It seems like every leader today is advocating for more innovation in their organization. That being said, a research study at my son’s high school found that students are extremely cautious and make “safe” choices in order to position themselves as quality candidates for University selection. I discussed this with the principal of the school and he corroborated my concern that our youth are risk-averse. Students face enormous pressure to obtain good grades and move on to reputable universities where admissions criteria favor GPA (grades) more than courageous, innovative thinking. This pressure to be risk-averse is completely at odds with the desire of modern-day Executives to have more innovative thinking in the workplace. The gap between desired and actual is significant. If our youth are learning to avoid risks, how will we teach them to take calculated risks and be creative? How are we going to build a new generation of agile and innovative leaders? Currently, I’m seeing troubling behaviour in several organizations I work with. Leaders are:
  • Blaming others—particularly when a project fails
  • Questioning—from an interrogative manner versus curious/coaching/supportive questioning
  • Making careful choices—versus bold ones
  • Spinning messaging to suggest “everything is going just fine” even when there are important issues impacting a project’s success
  • Saying no to anything that does not have a predictable result
  • Dragging feet in their decision making
Interestingly, these behaviours are sometimes in complete contrast with the very thing these leaders are asking for: “try something new, we need a change, we need to be progressive.” This is not simple to shift given fear of failure and anticipation of negative consequences if they fail. So how do we encourage and promote innovative thinking and action amongst our leaders? It needs to start with a shift in mindset and beliefs from “failure is bad” to “failing is not a bad thing”; “failure is part of learning;” and “failure is part of the drive for progress.” Organizations need to create environments where leaders and employees are encouraged and have the ability to make calculated risks and ultimately, build their innovation skill, capacity for change, and comfort with ambiguity. Establishing a “learning lab” (i.e., R&D) environment allows for experimentation and begins to shift the dominant culture of risk aversion to one that is more open and willing to experiment. Giving permission to push the envelope, question status quo and try things differently is the way to build a more flexible and adaptive culture. Consider creating an organizational culture that:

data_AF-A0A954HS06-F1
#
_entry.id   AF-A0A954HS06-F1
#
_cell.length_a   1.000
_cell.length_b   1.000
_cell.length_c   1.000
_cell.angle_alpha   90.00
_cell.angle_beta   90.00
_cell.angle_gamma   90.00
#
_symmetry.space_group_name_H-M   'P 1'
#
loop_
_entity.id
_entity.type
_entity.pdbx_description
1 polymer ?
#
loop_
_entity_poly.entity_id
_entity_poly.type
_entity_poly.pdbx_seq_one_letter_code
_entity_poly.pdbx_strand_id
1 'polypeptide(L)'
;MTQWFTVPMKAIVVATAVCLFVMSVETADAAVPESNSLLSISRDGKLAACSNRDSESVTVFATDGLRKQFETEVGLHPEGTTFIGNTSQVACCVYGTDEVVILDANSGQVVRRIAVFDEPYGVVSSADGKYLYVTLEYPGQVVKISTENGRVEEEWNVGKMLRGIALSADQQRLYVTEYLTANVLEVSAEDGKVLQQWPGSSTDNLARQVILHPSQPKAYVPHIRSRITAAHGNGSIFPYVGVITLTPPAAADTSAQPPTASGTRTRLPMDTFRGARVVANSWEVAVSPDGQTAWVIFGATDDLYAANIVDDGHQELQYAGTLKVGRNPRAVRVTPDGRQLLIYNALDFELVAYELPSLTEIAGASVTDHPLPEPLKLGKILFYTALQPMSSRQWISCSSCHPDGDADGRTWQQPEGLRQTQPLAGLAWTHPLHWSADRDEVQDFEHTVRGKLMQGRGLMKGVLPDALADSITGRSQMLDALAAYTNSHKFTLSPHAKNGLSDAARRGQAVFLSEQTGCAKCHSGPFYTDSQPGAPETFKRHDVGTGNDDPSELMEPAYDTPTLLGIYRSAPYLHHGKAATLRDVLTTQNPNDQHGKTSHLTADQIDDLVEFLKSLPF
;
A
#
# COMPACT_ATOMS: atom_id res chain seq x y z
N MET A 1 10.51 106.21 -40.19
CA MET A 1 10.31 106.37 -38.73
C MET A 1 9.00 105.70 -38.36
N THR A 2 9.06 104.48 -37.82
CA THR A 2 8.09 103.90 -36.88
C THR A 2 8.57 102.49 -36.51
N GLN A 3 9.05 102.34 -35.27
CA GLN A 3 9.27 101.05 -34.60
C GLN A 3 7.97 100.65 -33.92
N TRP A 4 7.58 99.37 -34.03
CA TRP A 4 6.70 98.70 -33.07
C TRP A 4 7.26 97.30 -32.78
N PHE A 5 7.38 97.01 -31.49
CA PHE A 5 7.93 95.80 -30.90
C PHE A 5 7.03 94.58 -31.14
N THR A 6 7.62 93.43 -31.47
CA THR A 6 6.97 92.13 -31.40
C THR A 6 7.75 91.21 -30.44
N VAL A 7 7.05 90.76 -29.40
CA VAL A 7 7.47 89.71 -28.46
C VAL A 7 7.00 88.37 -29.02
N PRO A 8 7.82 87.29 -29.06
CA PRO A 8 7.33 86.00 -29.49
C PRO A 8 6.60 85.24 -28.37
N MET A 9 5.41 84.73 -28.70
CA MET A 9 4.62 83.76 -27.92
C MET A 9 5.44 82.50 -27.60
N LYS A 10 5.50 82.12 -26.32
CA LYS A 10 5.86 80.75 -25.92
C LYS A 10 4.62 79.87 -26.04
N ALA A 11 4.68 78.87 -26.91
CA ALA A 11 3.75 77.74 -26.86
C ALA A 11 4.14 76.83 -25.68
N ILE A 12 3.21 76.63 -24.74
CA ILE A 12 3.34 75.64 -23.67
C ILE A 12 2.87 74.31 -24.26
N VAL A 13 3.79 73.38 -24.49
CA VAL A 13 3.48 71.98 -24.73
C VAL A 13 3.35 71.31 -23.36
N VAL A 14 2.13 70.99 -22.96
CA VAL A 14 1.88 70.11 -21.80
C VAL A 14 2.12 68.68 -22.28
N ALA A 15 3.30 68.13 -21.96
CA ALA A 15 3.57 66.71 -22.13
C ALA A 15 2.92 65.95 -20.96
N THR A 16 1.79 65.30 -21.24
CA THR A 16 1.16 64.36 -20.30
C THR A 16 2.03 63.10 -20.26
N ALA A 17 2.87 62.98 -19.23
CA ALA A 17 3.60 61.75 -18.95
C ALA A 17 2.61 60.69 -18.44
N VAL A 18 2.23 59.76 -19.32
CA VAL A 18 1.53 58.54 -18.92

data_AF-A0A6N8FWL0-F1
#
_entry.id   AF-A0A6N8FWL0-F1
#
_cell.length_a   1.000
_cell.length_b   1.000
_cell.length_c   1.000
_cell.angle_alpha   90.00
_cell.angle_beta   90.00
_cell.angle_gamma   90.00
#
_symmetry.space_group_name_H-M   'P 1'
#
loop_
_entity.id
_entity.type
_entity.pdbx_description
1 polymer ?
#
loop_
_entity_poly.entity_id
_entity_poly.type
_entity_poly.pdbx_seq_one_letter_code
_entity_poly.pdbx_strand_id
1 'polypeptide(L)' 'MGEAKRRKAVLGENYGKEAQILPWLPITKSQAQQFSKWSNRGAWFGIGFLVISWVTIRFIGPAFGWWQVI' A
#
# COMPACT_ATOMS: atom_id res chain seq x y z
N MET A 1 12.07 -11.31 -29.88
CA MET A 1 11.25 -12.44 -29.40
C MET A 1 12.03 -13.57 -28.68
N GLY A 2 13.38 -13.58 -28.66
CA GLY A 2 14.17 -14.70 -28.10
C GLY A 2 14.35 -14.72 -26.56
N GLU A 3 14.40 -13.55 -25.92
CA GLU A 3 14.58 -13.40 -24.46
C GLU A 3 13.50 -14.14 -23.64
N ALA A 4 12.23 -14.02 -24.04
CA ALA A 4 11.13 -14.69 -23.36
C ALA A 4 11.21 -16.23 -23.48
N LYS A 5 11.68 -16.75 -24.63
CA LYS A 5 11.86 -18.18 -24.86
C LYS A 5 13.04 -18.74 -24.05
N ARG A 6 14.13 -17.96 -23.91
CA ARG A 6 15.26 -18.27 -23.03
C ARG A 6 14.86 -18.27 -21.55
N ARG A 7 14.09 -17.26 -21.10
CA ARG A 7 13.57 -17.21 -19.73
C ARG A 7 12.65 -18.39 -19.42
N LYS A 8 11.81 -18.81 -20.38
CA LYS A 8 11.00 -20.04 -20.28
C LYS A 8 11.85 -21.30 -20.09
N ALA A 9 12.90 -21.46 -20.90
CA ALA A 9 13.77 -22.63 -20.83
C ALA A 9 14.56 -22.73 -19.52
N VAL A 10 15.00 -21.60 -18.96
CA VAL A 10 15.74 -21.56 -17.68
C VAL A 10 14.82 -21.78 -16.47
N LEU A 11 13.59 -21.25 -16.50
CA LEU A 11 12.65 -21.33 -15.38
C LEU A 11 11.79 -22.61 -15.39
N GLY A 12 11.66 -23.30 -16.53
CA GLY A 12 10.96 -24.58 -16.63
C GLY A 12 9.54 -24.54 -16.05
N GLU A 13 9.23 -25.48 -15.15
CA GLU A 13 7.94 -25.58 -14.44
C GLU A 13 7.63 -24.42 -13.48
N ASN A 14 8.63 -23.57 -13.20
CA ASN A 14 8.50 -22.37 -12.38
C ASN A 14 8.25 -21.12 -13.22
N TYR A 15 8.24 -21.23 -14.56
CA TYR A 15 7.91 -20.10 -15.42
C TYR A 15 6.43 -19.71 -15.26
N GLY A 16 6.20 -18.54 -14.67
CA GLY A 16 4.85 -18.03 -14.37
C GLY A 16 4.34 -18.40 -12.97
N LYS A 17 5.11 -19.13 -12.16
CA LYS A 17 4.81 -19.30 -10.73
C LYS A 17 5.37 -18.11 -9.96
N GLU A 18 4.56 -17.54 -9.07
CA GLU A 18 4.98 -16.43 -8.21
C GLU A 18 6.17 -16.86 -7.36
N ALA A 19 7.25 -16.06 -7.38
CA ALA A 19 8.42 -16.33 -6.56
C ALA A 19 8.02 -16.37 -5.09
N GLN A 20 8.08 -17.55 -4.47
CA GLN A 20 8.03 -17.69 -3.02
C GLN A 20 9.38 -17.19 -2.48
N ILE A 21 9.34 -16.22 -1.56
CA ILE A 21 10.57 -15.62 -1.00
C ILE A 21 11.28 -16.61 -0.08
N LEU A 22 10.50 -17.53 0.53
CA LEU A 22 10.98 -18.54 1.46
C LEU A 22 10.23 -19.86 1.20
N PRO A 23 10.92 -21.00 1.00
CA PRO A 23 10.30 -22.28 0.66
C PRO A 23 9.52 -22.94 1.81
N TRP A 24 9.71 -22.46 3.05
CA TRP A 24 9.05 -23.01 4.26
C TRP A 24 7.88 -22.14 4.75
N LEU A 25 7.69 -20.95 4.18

• Promotes curiosity, inquiry & reflection
  • Encourages learning
  • Encourages alternative thinking
  • Encourages comfort with ambiguity
  • Encourages experimentation as participants search for successful solutions
This can be done through prototyping which research has shown mitigates risks and allows for building on lessons learned—both successes and failures. Rather than jumping head on to building an innovative culture, consider creating smaller R&D type lab environments that encourage prototyping, pushing the envelope, double loop learning and building capacity around taking calculated risks. Debrief, learn, adapt and eventually, in time, expand this ‘lab environment’ across your organization to be the culture you all work in.

31 Responses

  1. I agree with your findings. It feels like the stakes are higher for youth today. Part of the purpose of school should be to find things of interest. Yet today, students feel such pressure that conforming seems the only way. That being said, having discussed with my teenage daughter this article, she points out that even regular school life is risky, and I understand her point. Anyway the question that I have is how do we calculate risk? I’d love to have an answer for my daughter.

    1. I love that you shared this with your daughter. Good question about calculating risk….not sure I have an answer to that – will take time to reflect for sure 🙂 Thanks for your input on this – really appreciate you taking the time.

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